Virginia Woolf and the Creation of Mrs. Dalloway

Adeline Virginia Stephen, who will later be known as Virginia Woolf, is born on January 25 in London. Her parents, Julia Duckworth and Leslie Stephen, both bring children from previous marriages into the blended family. Altogether, little Virginia has four half-siblings and three full siblings. Her older sister Vanessa, born in 1879, is Woolf’s favorite; she will also appear in Michael Cunningham’s novel The Hours.

A voracious reader, Woolf takes full advantage of her father’s extensive library. She receives her early education at home, as she, like most other young women of this time, is denied the formal education her brothers receive.

Woolf’s mother dies on May 5, when Virginia is just 13. That spring, Woolf will have her first mental breakdown, precipitated by this tragic loss. Only a few years later her half-sister, Stella, also dies after a long illness.

Woolf finishes her further education at King’s College, London, one of the first universities to have a dedicated “Ladies’ department.” She studies classics and history, and she meets other women involved in the early womens’ rights movement, known as “the suffragettes.”

After an excruciating two-year battle with cancer, Woolf’s father dies. She suffers another breakdown, during which she believes that sparrows are singing to her in Greek, an idea that will appear in her novel Mrs. Dalloway.

After their father’s death, Woolf and her siblings leave their childhood home and move to the central-London neighborhood of Bloomsbury. Woolf’s circle of friends—which will include the novelist E.M. Forster, the biographer Lytton Strachey, the painter Roger Fry, and the economist John Maynard Keynes—will be called “the Bloomsbury Group” after this locale. In these early years, the artistic and literary debates of the Bloomsbury Group intelligentsia will shape Virginia’s outlook and writing style.


Following the death of a brother and the wedding of her sister Vanessa, Woolf and her brother Adrian move to a new house in Fitzroy Square, where they take on three lodgers. In 1911, a young man named Leonard Woolf moves into the house. Back in London for a one-year hiatus from his civil-servant position in Ceylon (a former British colony, now known as Sri Lanka), Leonard immediately notices Virginia. The two are married on August 10, 1912.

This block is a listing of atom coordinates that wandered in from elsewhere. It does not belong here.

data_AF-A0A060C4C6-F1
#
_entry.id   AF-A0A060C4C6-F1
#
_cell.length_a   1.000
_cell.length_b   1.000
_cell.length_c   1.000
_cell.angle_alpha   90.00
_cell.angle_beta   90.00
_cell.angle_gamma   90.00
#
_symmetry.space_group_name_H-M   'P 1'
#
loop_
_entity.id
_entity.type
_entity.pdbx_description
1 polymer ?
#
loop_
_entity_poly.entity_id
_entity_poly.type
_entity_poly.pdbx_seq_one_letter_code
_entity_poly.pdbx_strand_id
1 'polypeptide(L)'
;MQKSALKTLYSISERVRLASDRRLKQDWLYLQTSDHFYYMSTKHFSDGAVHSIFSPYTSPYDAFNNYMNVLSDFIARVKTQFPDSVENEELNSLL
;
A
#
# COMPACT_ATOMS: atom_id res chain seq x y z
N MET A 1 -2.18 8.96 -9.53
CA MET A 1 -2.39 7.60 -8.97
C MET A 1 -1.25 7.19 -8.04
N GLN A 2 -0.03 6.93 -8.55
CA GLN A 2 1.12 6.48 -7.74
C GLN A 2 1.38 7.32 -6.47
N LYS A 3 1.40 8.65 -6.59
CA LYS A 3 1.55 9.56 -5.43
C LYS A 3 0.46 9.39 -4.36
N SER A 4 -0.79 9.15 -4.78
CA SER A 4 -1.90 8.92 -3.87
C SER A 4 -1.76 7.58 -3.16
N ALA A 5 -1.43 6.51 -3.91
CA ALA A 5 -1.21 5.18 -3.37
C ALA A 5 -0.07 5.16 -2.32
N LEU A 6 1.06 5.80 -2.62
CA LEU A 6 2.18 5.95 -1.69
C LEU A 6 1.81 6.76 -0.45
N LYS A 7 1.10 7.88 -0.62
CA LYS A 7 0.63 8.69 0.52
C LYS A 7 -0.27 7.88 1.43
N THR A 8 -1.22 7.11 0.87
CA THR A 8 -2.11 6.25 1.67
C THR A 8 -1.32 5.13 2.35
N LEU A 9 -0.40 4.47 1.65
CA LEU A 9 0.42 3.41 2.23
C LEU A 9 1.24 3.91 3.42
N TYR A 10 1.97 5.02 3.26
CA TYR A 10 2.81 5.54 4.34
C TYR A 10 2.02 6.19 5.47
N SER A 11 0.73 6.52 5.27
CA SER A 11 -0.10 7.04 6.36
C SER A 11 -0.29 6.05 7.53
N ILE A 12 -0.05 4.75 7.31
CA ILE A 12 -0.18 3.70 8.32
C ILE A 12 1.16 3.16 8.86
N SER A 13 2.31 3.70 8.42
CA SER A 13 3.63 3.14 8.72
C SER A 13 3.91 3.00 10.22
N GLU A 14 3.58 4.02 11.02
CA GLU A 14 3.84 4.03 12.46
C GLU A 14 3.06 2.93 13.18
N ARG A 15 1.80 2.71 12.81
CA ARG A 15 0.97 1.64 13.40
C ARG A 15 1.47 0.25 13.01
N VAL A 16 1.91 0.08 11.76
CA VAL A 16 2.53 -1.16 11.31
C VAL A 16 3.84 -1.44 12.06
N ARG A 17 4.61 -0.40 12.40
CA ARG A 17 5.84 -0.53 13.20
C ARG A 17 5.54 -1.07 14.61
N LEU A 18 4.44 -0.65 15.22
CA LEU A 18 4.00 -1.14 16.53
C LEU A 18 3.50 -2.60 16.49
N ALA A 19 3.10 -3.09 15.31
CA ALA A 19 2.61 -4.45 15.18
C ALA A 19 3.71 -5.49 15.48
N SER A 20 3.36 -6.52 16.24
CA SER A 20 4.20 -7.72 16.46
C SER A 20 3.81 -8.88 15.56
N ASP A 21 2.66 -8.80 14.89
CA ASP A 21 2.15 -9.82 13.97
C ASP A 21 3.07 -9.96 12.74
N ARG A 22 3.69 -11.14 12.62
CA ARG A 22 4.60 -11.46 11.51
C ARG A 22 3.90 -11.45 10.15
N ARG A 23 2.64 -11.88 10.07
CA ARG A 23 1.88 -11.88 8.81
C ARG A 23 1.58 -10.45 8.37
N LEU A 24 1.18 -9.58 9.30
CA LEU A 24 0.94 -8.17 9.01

Woolf and Leonard move to Richmond, a suburb outside of London. Woolf’s mental state has been shaky, and Leonard believes that the quiet of the countryside will help her recover. Although her hallucinations soon stop, Woolf, an ardent pacifist, remains tormented by news of the war.

Woolf’s first novel, The Voyage Out, is published. Among the background characters in the story are an older couple named Clarissa and Richard Dalloway. Two years later, Virginia and Leonard jointly found Hogarth Press, a publishing house that will print and distribute most of Virginia’s works.

In May, Woolf writes to the poet T.S. Eliot that she is working on two short stories, including one called “Mrs. Dalloway in Bond Street.” She finishes the story in September and soon sets about expanding it, sketching out a series of seven tangentially related short stories that will all come together in a final story to take place at Mrs. Dalloway’s party that evening.

On October 14, Woolf writes: “Mrs. Dalloway has branched into a book; […] a study of insanity & suicide: the world seen by the sane and the insane side by side—something like that.” In November, Woolf writes that she is considering organizing the new novel by hour and calling it
The Hours.

In the meantime, however, tragedy has struck Virginia’s life once again: In October, her childhood friend Kitty Maxse dies after falling off the banister of her home, possibly inspiring the scene of Septimus’s suicide.

Virginia completes a first draft of the novel, now titled Mrs. Dalloway, on October 9 at 11:15AM, noting the time in the margin of her notebook. She spends the next three months revising the work, finishing in time to give Leonard a copy for Christmas.

Woolf sends the completed manuscript to her publisher in January, and Mrs. Dalloway is published on May 25.

Over the next decade and a half, Woolf will write a series of novels that now stand as exemplars modernist literature, including To the Lighthouse (1927), Orlando: A Biography (1928), The Waves (1931), The Years (1937), and Between the Acts (1941). She will also continue writing essays and criticism, including her book-length feminist essay A Room of One’s Own (1929).

On March 28, Woolf dies by suicide at the age of 59, filling her pockets with stones and wading into the River Ouse.